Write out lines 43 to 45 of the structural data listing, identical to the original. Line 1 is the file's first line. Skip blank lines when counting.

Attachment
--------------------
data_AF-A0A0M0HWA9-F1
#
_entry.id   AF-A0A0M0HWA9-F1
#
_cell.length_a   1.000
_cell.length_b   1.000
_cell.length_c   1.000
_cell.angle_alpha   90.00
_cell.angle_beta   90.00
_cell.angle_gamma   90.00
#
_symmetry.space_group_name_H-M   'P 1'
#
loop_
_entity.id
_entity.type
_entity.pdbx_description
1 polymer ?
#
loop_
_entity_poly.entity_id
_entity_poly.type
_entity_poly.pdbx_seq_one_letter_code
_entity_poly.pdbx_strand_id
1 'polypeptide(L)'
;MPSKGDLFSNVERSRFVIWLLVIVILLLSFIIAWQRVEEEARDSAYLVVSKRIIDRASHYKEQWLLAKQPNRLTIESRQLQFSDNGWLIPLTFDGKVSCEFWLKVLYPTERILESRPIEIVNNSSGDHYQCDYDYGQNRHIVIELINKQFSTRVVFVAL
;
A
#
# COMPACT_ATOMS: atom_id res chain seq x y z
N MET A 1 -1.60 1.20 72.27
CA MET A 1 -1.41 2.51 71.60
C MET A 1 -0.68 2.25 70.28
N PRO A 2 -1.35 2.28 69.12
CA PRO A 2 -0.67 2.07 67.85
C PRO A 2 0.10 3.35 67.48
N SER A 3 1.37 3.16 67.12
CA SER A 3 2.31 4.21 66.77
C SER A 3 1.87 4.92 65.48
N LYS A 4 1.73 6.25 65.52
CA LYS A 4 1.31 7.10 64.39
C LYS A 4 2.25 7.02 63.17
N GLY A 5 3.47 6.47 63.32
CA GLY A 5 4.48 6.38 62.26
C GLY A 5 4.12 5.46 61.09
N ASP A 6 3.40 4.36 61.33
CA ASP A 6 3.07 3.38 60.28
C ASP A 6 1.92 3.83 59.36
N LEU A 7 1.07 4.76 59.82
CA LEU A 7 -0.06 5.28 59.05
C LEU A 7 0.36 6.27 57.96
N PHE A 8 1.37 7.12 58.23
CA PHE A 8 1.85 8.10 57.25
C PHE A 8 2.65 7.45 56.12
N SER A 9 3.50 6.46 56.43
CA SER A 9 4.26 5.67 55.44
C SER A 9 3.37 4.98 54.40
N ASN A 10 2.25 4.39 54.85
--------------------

N GLY A 5 3.47 6.47 63.32
CA GLY A 5 4.48 6.38 62.26
C GLY A 5 4.12 5.46 61.09